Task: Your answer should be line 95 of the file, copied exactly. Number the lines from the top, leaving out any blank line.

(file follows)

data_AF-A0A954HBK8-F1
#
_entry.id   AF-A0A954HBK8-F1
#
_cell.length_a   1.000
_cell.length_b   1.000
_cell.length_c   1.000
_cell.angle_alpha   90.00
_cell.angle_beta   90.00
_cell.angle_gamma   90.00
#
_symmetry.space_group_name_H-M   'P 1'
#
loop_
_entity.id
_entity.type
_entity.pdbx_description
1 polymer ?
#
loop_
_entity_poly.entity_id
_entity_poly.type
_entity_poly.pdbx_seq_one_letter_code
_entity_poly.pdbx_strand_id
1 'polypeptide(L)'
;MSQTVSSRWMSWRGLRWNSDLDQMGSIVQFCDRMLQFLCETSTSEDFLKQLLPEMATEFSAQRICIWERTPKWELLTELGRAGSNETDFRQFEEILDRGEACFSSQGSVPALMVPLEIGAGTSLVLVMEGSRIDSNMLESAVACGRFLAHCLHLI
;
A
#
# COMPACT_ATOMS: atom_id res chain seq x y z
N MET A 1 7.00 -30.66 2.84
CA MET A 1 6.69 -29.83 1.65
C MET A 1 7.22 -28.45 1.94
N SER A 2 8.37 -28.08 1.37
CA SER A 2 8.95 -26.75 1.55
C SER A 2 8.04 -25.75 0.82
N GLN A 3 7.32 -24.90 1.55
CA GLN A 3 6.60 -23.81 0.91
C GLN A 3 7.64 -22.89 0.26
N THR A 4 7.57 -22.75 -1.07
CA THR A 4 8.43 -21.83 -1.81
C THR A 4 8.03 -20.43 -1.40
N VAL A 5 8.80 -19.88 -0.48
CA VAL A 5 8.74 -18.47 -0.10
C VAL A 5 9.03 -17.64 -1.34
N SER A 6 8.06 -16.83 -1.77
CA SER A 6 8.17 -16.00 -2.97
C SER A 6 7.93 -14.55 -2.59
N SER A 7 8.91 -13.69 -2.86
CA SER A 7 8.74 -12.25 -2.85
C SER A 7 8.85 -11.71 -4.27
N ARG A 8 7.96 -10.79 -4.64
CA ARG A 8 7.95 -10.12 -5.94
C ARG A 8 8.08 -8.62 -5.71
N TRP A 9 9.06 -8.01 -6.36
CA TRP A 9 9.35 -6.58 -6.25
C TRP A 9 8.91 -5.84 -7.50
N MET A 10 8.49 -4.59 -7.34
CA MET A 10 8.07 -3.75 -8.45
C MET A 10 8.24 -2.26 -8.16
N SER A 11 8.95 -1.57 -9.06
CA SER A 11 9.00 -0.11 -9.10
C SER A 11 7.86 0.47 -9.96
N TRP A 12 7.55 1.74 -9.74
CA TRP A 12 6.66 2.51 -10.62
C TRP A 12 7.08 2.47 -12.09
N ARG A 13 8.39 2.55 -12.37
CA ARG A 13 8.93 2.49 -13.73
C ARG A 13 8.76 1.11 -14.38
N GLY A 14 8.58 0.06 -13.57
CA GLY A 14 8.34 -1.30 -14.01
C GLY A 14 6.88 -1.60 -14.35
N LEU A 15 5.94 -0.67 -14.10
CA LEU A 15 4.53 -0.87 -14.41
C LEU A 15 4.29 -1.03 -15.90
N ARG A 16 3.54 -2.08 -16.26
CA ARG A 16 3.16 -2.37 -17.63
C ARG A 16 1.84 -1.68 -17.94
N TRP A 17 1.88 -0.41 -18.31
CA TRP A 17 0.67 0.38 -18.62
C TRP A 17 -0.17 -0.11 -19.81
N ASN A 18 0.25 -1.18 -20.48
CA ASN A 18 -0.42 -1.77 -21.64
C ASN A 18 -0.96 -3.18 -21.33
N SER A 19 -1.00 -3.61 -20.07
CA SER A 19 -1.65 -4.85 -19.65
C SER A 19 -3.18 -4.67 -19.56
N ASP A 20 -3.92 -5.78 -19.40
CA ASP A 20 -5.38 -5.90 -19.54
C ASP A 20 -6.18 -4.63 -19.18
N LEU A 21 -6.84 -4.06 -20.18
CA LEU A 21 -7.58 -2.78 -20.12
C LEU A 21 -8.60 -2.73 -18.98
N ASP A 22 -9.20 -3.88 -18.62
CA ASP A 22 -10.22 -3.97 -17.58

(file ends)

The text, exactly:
CA ASP A 22 -10.22 -3.97 -17.58